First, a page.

• Denine Rogers

Salt Awareness Month

The food industry and government are very concerned about the harmful effects of a high salt diet. They are trying to bring about a reduction in the amount of salt in processed foods as well as salt added to cooking, and the table. Many people feel that to cut down the sodium intake that they can switch to more expensive and premium forms of salt, such as sea salt and pink Himalayan salt. They believe that they are healthier than regular table salt. Some surveys have shown that 61% of consumers believe that sea salt is lower in sodium than table salt. Garlic salt and celery salt are also popular alternatives to regular table salt.

Do not be deceived! Salt is salt. No matter how expensive salt is, whether it comes in crystals or grains, from the sea or the Himalayas, our research has shown that all salts have more or less the same sodium content as table salt. Apart from specific alternatives to sodium salts (such as potassium salt) all salt is high in sodium, which increases your blood pressure, and this increases your risk of heart disease, stroke, and several other health conditions.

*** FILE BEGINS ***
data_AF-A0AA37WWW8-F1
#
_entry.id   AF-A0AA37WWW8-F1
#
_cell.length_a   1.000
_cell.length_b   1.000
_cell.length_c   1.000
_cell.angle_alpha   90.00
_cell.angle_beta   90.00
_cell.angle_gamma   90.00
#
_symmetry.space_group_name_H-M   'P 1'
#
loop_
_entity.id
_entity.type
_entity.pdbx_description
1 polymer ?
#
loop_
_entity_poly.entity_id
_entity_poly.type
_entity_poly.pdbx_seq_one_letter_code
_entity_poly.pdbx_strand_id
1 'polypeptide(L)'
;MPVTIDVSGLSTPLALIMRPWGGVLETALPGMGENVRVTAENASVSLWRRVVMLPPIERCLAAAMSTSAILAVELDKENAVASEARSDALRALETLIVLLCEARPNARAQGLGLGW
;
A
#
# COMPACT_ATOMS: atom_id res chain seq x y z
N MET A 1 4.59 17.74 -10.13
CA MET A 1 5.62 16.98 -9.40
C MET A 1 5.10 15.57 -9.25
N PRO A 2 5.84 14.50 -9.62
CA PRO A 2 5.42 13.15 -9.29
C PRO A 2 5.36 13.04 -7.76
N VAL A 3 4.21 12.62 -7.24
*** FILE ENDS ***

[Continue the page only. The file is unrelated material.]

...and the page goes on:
So, what other alternatives can you use to season your foods and meals? Use herbs and spices. Reducing the amount of salt in your diet helps to improve health. Foods may initially taste bland, but within two or three weeks, you will become accustomed to the taste of lower salt foods. During this time, the salt taste receptors in the mouth become much more sensitive to salt, and you will begin to detect salt much more efficiently at lower levels. Using other sources of flavor, such as herbs, spices, black pepper, vinegar, lemon juice, and chili, can improve the taste of food ultimately to make the transition even more comfortable for you.

So start going through your herb and spices rack and bring some life to your food by putting zesty seasonings for tonight’s meals.


Action on Salt. (n.d.). Retrieved January 25, 2020, from http://www.actiononsalt.org.uk/

What is your favorite seasoning?

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